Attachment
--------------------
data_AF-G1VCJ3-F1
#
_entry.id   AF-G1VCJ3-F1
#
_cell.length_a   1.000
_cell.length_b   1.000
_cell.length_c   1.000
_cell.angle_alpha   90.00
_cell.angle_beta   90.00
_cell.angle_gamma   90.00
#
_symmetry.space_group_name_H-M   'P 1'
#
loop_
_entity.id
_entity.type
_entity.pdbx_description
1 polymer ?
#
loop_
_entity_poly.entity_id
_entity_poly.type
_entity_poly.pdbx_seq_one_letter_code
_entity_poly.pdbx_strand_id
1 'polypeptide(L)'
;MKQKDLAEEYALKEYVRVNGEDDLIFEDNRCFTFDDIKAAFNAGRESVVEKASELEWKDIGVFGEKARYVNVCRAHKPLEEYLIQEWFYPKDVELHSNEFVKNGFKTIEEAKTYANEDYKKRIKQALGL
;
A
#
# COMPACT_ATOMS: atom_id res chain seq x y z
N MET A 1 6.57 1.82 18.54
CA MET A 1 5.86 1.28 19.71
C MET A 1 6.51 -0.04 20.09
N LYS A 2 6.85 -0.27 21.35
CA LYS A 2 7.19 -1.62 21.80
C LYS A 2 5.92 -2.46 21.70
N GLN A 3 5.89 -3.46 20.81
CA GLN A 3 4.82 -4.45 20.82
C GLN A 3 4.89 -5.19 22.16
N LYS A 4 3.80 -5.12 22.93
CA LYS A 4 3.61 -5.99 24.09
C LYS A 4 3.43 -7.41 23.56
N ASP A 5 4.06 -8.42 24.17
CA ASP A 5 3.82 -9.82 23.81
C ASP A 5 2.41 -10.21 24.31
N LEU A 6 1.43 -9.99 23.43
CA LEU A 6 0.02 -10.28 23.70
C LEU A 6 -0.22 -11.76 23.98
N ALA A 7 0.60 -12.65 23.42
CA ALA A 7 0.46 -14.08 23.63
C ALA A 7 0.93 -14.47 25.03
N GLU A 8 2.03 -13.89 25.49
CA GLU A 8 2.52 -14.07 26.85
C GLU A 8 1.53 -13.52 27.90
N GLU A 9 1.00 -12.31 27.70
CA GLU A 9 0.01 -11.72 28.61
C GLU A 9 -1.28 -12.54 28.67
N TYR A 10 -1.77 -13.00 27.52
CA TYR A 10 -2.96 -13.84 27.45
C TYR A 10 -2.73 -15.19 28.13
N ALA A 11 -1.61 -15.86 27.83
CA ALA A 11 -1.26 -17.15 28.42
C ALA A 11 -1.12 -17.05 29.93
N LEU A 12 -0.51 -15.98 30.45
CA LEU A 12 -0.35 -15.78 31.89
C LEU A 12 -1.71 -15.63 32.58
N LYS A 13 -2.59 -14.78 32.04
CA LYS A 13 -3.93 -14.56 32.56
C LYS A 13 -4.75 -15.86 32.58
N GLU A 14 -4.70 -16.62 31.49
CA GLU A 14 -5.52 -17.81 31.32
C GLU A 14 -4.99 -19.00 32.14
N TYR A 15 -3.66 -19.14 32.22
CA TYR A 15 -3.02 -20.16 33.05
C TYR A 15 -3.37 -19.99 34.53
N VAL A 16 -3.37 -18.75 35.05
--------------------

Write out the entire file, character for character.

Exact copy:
data_AF-G1VCJ3-F1
#
_entry.id   AF-G1VCJ3-F1
#
_cell.length_a   1.000
_cell.length_b   1.000
_cell.length_c   1.000
_cell.angle_alpha   90.00
_cell.angle_beta   90.00
_cell.angle_gamma   90.00
#
_symmetry.space_group_name_H-M   'P 1'
#
loop_
_entity.id
_entity.type
_entity.pdbx_description
1 polymer ?
#
loop_
_entity_poly.entity_id
_entity_poly.type
_entity_poly.pdbx_seq_one_letter_code
_entity_poly.pdbx_strand_id
1 'polypeptide(L)'
;MKQKDLAEEYALKEYVRVNGEDDLIFEDNRCFTFDDIKAAFNAGRESVVEKASELEWKDIGVFGEKARYVNVCRAHKPLEEYLIQEWFYPKDVELHSNEFVKNGFKTIEEAKTYANEDYKKRIKQALGL
;
A
#
# COMPACT_ATOMS: atom_id res chain seq x y z
N MET A 1 6.57 1.82 18.54
CA MET A 1 5.86 1.28 19.71
C MET A 1 6.51 -0.04 20.09
N LYS A 2 6.85 -0.27 21.35
CA LYS A 2 7.19 -1.62 21.80
C LYS A 2 5.92 -2.46 21.70
N GLN A 3 5.89 -3.46 20.81
CA GLN A 3 4.82 -4.45 20.82
C GLN A 3 4.89 -5.19 22.16
N LYS A 4 3.80 -5.12 22.93
CA LYS A 4 3.61 -5.99 24.09
C LYS A 4 3.43 -7.41 23.56
N ASP A 5 4.06 -8.42 24.17
CA ASP A 5 3.82 -9.82 23.81
C ASP A 5 2.41 -10.21 24.31
N LEU A 6 1.43 -9.99 23.43
CA LEU A 6 0.02 -10.28 23.70
C LEU A 6 -0.22 -11.76 23.98
N ALA A 7 0.60 -12.65 23.42
CA ALA A 7 0.46 -14.08 23.63
C ALA A 7 0.93 -14.47 25.03
N GLU A 8 2.03 -13.89 25.49
CA GLU A 8 2.52 -14.07 26.85
C GLU A 8 1.53 -13.52 27.90
N GLU A 9 1.00 -12.31 27.70
CA GLU A 9 0.01 -11.72 28.61
C GLU A 9 -1.28 -12.54 28.67
N TYR A 10 -1.77 -13.00 27.52
CA TYR A 10 -2.96 -13.84 27.45
C TYR A 10 -2.73 -15.19 28.13
N ALA A 11 -1.61 -15.86 27.83
CA ALA A 11 -1.26 -17.15 28.42
C ALA A 11 -1.12 -17.05 29.93
N LEU A 12 -0.51 -15.98 30.45
CA LEU A 12 -0.35 -15.78 31.89
C LEU A 12 -1.71 -15.63 32.58
N LYS A 13 -2.59 -14.78 32.04
CA LYS A 13 -3.93 -14.56 32.56
C LYS A 13 -4.75 -15.86 32.58
N GLU A 14 -4.70 -16.62 31.49
CA GLU A 14 -5.52 -17.81 31.32
C GLU A 14 -4.99 -19.00 32.14
N TYR A 15 -3.66 -19.14 32.22
CA TYR A 15 -3.02 -20.16 33.05
C TYR A 15 -3.37 -19.99 34.53
N VAL A 16 -3.37 -18.75 35.05